A new study of gamma-ray light from the center of our galaxy makes the strongest case to date that some of this emission may arise from dark matter, an unknown substance making up most of the material universe. Using public data from NASA's Fermi Gamma-ray Space Telescope, independent scientists at the Fermi National Accelerator Laboratory (Fermilab), the Harvard-Smithsonian Center for Astrophysics (CfA), the Massachusetts Institute of Technology (MIT) and the University of Chicago have developed new maps showing that the Galactic center produces more high-energy gamma rays than can be explained by known sources and that this excess emission is consistent with some forms of dark matter.
"The new maps allow us to analyze the excess and test whether more conventional explanations, such as the presence of undiscovered pulsars or cosmic-ray collisions on gas clouds, can account for it," said Dan Hooper, an astrophysicist at Fermilab and a co-author of the study. "The signal we find cannot be explained by currently proposed alternatives and is in close agreement with the predictions of very simple dark matter models."
"We're working hard to come up with ways to confirm whether or not this signal is indeed from dark matter," said co-author Douglas Finkbeiner, a Harvard professor of astronomy and physics at CfA.
The center of the Milky Way teems with gamma-ray sources, from interacting binary systems and isolated pulsars to supernova remnants and particles colliding with interstellar gas. It's also where astronomers expect to find the Galaxy's highest density of dark matter, which only affects normal matter and radiation through its gravity. Large amounts of dark matter attract normal matter, forming a foundation upon which visible structures, like galaxies, are built.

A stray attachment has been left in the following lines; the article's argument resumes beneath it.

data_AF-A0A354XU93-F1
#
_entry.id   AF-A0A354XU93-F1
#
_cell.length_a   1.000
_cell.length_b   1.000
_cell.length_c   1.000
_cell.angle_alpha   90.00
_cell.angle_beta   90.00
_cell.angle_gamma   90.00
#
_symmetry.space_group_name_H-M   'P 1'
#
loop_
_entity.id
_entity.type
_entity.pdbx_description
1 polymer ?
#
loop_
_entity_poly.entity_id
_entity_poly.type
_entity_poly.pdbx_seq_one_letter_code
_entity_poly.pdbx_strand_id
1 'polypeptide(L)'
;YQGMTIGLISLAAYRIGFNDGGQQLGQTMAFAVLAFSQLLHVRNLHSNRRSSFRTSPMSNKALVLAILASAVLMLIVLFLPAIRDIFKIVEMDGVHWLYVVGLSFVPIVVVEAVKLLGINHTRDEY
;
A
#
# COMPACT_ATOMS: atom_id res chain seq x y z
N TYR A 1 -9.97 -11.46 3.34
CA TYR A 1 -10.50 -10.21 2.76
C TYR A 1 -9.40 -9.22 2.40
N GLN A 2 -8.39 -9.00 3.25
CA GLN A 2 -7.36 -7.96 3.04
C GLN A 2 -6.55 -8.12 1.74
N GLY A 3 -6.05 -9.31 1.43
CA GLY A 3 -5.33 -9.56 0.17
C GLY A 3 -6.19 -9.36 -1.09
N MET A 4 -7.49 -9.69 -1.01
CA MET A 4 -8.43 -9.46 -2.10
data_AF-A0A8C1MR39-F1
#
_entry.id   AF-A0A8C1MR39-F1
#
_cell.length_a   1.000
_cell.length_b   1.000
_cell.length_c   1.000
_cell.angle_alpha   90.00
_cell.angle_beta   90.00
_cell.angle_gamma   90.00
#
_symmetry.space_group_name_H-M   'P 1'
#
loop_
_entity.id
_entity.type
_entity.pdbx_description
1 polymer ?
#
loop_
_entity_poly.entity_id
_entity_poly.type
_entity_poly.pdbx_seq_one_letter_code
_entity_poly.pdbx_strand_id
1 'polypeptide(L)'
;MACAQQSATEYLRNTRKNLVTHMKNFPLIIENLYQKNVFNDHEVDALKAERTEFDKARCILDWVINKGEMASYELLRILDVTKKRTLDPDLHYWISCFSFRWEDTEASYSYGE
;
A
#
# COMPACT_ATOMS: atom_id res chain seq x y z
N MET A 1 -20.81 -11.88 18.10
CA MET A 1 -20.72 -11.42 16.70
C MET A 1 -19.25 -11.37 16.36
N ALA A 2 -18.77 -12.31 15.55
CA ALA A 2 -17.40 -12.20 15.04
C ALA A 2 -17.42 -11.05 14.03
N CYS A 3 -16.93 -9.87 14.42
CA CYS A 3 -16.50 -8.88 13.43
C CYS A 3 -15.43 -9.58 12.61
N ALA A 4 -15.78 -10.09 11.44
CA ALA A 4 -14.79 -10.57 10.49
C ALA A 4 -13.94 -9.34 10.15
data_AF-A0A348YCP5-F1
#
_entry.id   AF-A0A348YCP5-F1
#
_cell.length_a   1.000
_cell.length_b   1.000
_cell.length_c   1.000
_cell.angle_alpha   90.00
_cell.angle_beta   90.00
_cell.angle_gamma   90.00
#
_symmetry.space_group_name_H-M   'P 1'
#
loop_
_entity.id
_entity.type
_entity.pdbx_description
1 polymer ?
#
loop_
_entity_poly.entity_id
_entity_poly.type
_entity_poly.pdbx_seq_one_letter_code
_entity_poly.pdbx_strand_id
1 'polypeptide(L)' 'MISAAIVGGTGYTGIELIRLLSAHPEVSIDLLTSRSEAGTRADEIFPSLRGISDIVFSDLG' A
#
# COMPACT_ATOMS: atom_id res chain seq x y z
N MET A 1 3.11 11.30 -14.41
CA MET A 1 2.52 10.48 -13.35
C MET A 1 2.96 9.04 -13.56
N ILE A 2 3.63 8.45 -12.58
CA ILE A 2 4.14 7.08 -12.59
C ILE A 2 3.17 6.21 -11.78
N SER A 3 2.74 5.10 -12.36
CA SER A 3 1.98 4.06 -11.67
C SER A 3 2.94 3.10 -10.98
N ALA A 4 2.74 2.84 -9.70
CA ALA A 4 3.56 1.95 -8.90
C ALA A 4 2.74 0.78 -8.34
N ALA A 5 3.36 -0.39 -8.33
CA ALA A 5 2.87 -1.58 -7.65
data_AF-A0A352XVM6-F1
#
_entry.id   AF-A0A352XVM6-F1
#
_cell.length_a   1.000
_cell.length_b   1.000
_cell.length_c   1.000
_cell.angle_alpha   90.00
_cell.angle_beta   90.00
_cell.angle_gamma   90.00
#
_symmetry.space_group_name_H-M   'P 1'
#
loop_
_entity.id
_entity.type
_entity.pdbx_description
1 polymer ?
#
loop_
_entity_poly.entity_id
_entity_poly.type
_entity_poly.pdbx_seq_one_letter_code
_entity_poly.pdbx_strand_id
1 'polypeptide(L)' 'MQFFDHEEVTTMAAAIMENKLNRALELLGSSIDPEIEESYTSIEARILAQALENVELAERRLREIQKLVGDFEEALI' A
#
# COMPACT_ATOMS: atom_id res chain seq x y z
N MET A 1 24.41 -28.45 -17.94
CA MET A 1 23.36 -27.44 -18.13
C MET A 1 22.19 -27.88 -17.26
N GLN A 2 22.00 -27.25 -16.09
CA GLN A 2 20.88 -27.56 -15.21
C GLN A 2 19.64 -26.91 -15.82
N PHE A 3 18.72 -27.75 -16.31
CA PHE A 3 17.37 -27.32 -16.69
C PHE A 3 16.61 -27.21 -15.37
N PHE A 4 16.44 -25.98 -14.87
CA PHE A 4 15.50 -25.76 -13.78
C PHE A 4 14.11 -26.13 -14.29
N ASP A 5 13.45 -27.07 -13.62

No one knows the true nature of dark matter, but WIMPs, or Weakly Interacting Massive Particles, represent a leading class of candidates. Theorists have envisioned a wide range of WIMP types, some of which may either mutually annihilate or produce an intermediate, quickly decaying particle when they collide. Both of these pathways end with the production of gamma rays -- the most energetic form of light -- at energies within the detection range of Fermi's Large Area Telescope (LAT).
When astronomers carefully subtract all known gamma-ray sources from LAT observations of the Galactic center, a patch of leftover emission remains. This excess appears most prominent at energies between 1 and 3 billion electron volts (GeV) -- roughly a billion times greater than that of visible light -- and extends outward at least 5,000 light-years from the Galactic center.
Hooper and his colleagues conclude that annihilations of dark matter particles with a mass between 31 and 40 GeV provide a remarkable fit for the excess based on its gamma-ray spectrum, its symmetry around the galactic center, and its overall brightness. Writing in a paper submitted to the journal Physical Review D, the researchers say that these features are difficult to reconcile with other explanations proposed so far, although they note that plausible alternatives not requiring dark matter may yet materialize.
"Dark matter in this mass range can be probed by direct detection and by the Large Hadron Collider (LHC), so if this is dark matter, we're already learning about its interactions from the lack of detection so far," said co-author Tracy Slatyer, a theoretical physicist at MIT. "This is a very exciting signal, and while the case is not yet closed, in the future we might well look back and say this was where we saw dark matter annihilation for the first time."
The researchers caution that it will take multiple sightings -- in other astronomical objects, the LHC or in some of the direct-detection experiments now being conducted around the world -- to validate their dark matter interpretation.
"Our case is very much a process-of-elimination argument. We made a list, scratched off things that didn't work, and ended up with dark matter," said Finkbeiner.
This release is being issued jointly with the NASA Goddard Space Flight Center.
Headquartered in Cambridge, Mass., the Harvard-Smithsonian Center for Astrophysics (CfA) is a joint collaboration between the Smithsonian Astrophysical Observatory and the Harvard College Observatory. CfA scientists, organized into six research divisions, study the origin, evolution and ultimate fate of the universe.
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